{¶ 11} In addition, adopting Mr. Hatcher's argument would create a result that is inconsistent with Section 2945.71(D) of the Ohio Revised Code. That section provides that "[a] person against whom one or more charges of different degrees, whether felonies, misdemeanors, or combinations of felonies and misdemeanors, all of which arose out of the same act or transaction, are pending shall be brought to trial on all of the charges within the time period required for the highest degree of offense charged." R.C. 2945.71(D). Accordingly, under Section 2945.71(D), a person who is charged with a misdemeanor of the first degree and a misdemeanor of the third degree must be brought to trial within the 90-day time period that applies to the misdemeanor of the first degree. Mr. Hatcher's argument would have the opposite effect, converting the duration of the speedy trial time period for the more serious offense to the duration of the less serious offense. There is no legal basis to reduce the speedy trial period for a misdemeanor of the first degree just because the defendant was initially charged with a lesser offense and that charge was dismissed before the misdemeanor of the first degree charge was filed.

{¶ 12} This Court, therefore concludes that, applying Bonarrigo to the facts of this case, the City had 90 days to try Mr. Hatcher on the misdemeanor of the first degree charge. Mr. Hatcher has conceded that the State brought him to trial on the second complaint 49 days after the first complaint was filed. The municipal court, therefore, correctly determined that the City did not violate his right to a speedy trial. Mr. Hatcher's assignment of error is overruled.

CONCLUSION

{¶ 13} The City had 90 days to bring Mr. Hatcher to trial on its complaint that he committed sexual imposition, a misdemeanor of the first degree, despite initially charging him with a misdemeanor of the third degree for the same conduct. The judgment of the Akron Municipal Court is affirmed.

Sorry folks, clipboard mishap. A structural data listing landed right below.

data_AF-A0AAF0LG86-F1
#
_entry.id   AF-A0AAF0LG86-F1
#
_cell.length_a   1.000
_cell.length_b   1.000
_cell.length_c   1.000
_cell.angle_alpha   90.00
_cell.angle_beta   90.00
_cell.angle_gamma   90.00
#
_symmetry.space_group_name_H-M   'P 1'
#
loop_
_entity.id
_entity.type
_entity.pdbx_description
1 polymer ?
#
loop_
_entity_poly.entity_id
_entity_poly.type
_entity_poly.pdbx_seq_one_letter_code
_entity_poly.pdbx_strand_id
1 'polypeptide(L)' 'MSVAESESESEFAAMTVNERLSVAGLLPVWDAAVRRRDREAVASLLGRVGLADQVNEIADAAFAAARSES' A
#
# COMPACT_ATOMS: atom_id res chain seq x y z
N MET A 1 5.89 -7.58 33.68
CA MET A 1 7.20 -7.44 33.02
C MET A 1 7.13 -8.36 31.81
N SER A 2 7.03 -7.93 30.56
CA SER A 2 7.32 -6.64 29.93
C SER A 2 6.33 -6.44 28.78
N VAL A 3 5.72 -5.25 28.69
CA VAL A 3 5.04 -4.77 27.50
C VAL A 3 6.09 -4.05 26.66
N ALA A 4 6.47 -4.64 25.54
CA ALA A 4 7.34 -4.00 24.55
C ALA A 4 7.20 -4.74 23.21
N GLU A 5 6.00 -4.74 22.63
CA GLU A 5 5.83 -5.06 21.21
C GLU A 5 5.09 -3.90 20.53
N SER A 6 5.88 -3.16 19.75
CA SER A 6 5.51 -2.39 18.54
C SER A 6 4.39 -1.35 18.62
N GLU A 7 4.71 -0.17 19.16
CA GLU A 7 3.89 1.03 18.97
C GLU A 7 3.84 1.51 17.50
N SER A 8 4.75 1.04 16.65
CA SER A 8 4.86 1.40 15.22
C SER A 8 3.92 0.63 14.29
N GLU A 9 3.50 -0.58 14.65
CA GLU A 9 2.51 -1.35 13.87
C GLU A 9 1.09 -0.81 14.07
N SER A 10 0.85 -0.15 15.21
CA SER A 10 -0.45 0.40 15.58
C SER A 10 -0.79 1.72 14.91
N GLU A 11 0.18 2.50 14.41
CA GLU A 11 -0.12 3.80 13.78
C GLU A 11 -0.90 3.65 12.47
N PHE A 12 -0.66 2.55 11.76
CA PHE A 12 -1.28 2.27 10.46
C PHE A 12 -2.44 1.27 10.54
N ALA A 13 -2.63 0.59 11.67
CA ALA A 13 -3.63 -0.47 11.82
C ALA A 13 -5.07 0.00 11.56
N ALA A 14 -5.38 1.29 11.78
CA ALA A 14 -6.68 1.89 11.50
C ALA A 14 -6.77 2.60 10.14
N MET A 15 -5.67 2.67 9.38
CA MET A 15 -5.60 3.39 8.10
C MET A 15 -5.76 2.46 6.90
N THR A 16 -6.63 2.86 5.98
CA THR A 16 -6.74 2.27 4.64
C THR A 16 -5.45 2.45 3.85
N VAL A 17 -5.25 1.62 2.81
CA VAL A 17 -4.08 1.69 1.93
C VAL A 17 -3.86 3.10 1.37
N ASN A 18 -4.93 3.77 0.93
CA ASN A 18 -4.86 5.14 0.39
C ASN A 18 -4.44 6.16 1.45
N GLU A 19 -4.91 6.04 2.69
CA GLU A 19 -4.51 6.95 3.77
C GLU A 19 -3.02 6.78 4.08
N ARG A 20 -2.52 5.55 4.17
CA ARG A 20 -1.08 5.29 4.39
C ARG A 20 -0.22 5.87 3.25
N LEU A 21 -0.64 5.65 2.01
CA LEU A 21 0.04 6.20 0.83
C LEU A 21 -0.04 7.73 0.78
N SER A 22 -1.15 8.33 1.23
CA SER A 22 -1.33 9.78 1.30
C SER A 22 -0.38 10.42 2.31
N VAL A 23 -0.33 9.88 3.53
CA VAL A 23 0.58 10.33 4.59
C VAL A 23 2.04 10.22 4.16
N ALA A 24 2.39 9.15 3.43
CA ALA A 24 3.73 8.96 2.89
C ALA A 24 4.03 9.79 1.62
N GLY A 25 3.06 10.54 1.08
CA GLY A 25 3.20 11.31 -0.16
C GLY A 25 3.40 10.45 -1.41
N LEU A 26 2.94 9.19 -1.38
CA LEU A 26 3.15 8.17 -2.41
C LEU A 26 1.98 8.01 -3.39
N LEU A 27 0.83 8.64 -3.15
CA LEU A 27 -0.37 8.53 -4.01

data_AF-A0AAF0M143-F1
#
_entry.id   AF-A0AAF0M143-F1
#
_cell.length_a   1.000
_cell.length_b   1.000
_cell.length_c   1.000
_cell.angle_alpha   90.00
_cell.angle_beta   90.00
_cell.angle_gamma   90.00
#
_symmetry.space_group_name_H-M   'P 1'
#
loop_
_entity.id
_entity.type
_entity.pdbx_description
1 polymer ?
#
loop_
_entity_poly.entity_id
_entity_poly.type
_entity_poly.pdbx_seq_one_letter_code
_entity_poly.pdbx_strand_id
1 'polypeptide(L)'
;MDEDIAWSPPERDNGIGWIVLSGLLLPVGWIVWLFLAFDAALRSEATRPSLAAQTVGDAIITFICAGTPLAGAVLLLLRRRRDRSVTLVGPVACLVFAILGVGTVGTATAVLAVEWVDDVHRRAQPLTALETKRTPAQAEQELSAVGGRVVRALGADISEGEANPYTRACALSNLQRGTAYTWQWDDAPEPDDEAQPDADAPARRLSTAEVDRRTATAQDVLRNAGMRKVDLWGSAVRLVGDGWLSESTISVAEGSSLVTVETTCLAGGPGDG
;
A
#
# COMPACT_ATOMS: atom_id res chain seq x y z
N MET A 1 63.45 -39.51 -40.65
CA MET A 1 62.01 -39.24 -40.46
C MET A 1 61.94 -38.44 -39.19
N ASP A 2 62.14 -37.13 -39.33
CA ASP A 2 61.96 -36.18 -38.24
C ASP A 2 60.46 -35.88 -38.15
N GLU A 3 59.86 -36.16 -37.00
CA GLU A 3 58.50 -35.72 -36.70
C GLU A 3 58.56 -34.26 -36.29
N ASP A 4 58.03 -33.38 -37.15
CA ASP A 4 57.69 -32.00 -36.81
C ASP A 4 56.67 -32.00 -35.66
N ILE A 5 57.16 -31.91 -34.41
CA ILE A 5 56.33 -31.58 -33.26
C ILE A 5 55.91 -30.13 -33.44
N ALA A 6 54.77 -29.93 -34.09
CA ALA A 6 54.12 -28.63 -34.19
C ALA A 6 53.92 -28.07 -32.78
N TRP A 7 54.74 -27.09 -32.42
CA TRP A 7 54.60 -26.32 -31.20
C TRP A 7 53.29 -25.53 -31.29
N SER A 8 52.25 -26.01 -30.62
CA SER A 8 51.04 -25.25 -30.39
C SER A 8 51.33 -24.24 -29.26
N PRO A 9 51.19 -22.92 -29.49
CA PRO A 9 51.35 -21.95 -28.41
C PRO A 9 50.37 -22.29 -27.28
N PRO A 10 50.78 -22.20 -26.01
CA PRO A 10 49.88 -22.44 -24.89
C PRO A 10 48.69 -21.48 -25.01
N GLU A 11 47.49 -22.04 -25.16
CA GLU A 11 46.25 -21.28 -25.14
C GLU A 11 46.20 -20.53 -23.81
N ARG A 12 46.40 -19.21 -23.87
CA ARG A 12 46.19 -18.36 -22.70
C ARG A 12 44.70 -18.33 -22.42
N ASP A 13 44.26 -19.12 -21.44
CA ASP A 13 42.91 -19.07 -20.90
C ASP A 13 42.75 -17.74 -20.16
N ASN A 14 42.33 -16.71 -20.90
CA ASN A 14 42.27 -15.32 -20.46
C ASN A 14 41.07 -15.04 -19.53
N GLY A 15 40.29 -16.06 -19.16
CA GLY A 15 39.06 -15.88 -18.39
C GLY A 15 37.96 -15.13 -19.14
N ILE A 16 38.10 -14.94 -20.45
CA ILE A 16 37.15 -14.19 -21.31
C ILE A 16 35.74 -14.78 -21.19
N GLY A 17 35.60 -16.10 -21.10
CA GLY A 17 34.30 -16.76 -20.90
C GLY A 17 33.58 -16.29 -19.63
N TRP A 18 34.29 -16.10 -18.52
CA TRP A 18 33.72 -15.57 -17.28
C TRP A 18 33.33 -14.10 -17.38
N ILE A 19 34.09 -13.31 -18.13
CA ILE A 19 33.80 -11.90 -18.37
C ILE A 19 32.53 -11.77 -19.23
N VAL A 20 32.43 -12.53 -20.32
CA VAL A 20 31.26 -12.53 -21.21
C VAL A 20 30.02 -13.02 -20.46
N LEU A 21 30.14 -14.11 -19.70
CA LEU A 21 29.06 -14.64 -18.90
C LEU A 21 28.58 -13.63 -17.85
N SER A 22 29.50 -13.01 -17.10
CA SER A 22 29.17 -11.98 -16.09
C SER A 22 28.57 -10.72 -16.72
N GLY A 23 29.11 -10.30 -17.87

Judgment affirmed.

The Court finds that there were reasonable grounds for this appeal.

We order that a special mandate issue out of this Court, directing the Akron Municipal Court, County of Summit, State of Ohio, to carry this judgment into execution. A certified copy of this journal entry shall constitute the mandate, pursuant to App. R. 27. Immediately upon the filing hereof, this document shall constitute the journal entry of judgment, and it shall be file stamped by the Clerk of the Court of Appeals at which time the period for review shall begin to run. App. R. 22(E). The Clerk of the Court of Appeals is instructed to mail a notice of entry of this judgment to the parties and to make a notation of the mailing in the docket, pursuant to App. R. 30.

Costs taxed to appellant.

BELFANCE, J., CONCURS.

CARR, J., CONCURS IN JUDGMENT ONLY.


Summaries of

City of Akron v. Hatcher

Court of Appeals of Ohio, Ninth District, Summit County
Mar 31, 2009
2009 Ohio 1520 (Ohio Ct. App. 2009)
Case details for

City of Akron v. Hatcher

Case Details

Full title:City of Akron, Appellee, v. Alan Hatcher, Appellant

Court:Court of Appeals of Ohio, Ninth District, Summit County

Date published: Mar 31, 2009

Citations

2009 Ohio 1520 (Ohio Ct. App. 2009)